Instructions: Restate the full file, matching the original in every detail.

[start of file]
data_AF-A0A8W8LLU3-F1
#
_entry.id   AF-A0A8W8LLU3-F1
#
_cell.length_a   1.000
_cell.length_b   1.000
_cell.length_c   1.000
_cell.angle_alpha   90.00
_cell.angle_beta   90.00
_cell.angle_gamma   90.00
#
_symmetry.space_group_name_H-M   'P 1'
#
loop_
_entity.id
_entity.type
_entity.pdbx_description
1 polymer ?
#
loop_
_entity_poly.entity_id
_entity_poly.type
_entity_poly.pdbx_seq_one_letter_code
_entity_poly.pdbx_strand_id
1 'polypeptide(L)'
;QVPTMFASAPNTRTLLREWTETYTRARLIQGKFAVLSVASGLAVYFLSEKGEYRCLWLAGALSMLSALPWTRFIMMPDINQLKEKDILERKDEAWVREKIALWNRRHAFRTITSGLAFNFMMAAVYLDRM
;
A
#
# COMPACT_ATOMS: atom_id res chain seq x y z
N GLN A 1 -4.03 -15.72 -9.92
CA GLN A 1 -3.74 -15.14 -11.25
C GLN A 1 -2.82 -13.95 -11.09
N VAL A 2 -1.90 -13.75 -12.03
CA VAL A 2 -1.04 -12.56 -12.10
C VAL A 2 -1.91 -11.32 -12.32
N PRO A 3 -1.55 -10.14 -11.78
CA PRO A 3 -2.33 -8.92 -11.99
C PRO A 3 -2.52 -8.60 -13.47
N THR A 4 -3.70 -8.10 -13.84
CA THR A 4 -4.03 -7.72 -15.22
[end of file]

data_AF-A0A8W8LLU3-F1
#
_entry.id   AF-A0A8W8LLU3-F1
#
_cell.length_a   1.000
_cell.length_b   1.000
_cell.length_c   1.000
_cell.angle_alpha   90.00
_cell.angle_beta   90.00
_cell.angle_gamma   90.00
#
_symmetry.space_group_name_H-M   'P 1'
#
loop_
_entity.id
_entity.type
_entity.pdbx_description
1 polymer ?
#
loop_
_entity_poly.entity_id
_entity_poly.type
_entity_poly.pdbx_seq_one_letter_code
_entity_poly.pdbx_strand_id
1 'polypeptide(L)'
;QVPTMFASAPNTRTLLREWTETYTRARLIQGKFAVLSVASGLAVYFLSEKGEYRCLWLAGALSMLSALPWTRFIMMPDINQLKEKDILERKDEAWVREKIALWNRRHAFRTITSGLAFNFMMAAVYLDRM
;
A
#
# COMPACT_ATOMS: atom_id res chain seq x y z
N GLN A 1 -4.03 -15.72 -9.92
CA GLN A 1 -3.74 -15.14 -11.25
C GLN A 1 -2.82 -13.95 -11.09
N VAL A 2 -1.90 -13.75 -12.03
CA VAL A 2 -1.04 -12.56 -12.10
C VAL A 2 -1.91 -11.32 -12.32
N PRO A 3 -1.55 -10.14 -11.78
CA PRO A 3 -2.33 -8.92 -11.99
C PRO A 3 -2.52 -8.60 -13.47
N THR A 4 -3.70 -8.10 -13.84
CA THR A 4 -4.03 -7.72 -15.22